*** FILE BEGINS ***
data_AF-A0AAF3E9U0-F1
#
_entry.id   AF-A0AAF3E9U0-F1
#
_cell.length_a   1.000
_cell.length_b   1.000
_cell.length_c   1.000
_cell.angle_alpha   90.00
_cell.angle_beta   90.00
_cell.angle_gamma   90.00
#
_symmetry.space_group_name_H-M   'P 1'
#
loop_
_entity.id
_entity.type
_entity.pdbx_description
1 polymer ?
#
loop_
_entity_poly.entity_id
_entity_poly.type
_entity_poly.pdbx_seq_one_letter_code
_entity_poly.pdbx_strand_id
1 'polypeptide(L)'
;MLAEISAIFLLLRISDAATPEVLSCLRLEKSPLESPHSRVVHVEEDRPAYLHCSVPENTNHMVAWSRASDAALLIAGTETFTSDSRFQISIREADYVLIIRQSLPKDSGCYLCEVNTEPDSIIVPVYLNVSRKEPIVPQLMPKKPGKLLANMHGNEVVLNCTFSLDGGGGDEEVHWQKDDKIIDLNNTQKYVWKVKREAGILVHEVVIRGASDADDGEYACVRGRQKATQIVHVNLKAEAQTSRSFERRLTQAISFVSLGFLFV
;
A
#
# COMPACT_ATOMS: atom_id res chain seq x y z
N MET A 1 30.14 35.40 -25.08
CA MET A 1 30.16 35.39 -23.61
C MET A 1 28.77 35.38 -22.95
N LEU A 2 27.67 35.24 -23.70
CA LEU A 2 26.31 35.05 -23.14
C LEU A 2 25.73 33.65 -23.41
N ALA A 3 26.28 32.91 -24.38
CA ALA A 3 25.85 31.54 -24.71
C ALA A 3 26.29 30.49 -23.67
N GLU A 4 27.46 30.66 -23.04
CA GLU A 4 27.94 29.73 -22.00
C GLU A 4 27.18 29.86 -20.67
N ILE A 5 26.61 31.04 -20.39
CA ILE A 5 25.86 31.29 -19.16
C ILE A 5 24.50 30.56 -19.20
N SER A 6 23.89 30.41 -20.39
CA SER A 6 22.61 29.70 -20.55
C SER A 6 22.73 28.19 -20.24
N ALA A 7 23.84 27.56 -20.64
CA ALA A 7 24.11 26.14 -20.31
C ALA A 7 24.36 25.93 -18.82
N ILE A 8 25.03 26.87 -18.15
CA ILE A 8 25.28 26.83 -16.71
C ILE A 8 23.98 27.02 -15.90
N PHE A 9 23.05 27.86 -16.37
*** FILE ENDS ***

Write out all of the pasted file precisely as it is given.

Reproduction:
data_AF-A0AAF3E9U0-F1
#
_entry.id   AF-A0AAF3E9U0-F1
#
_cell.length_a   1.000
_cell.length_b   1.000
_cell.length_c   1.000
_cell.angle_alpha   90.00
_cell.angle_beta   90.00
_cell.angle_gamma   90.00
#
_symmetry.space_group_name_H-M   'P 1'
#
loop_
_entity.id
_entity.type
_entity.pdbx_description
1 polymer ?
#
loop_
_entity_poly.entity_id
_entity_poly.type
_entity_poly.pdbx_seq_one_letter_code
_entity_poly.pdbx_strand_id
1 'polypeptide(L)'
;MLAEISAIFLLLRISDAATPEVLSCLRLEKSPLESPHSRVVHVEEDRPAYLHCSVPENTNHMVAWSRASDAALLIAGTETFTSDSRFQISIREADYVLIIRQSLPKDSGCYLCEVNTEPDSIIVPVYLNVSRKEPIVPQLMPKKPGKLLANMHGNEVVLNCTFSLDGGGGDEEVHWQKDDKIIDLNNTQKYVWKVKREAGILVHEVVIRGASDADDGEYACVRGRQKATQIVHVNLKAEAQTSRSFERRLTQAISFVSLGFLFV
;
A
#
# COMPACT_ATOMS: atom_id res chain seq x y z
N MET A 1 30.14 35.40 -25.08
CA MET A 1 30.16 35.39 -23.61
C MET A 1 28.77 35.38 -22.95
N LEU A 2 27.67 35.24 -23.70
CA LEU A 2 26.31 35.05 -23.14
C LEU A 2 25.73 33.65 -23.41
N ALA A 3 26.28 32.91 -24.38
CA ALA A 3 25.85 31.54 -24.71
C ALA A 3 26.29 30.49 -23.67
N GLU A 4 27.46 30.66 -23.04
CA GLU A 4 27.94 29.73 -22.00
C GLU A 4 27.18 29.86 -20.67
N ILE A 5 26.61 31.04 -20.39
CA ILE A 5 25.86 31.29 -19.16
C ILE A 5 24.50 30.56 -19.20
N SER A 6 23.89 30.41 -20.39
CA SER A 6 22.61 29.70 -20.55
C SER A 6 22.73 28.19 -20.24
N ALA A 7 23.84 27.56 -20.64
CA ALA A 7 24.11 26.14 -20.31
C ALA A 7 24.36 25.93 -18.82
N ILE A 8 25.03 26.87 -18.15
CA ILE A 8 25.28 26.83 -16.71
C ILE A 8 23.98 27.02 -15.90
N PHE A 9 23.05 27.86 -16.37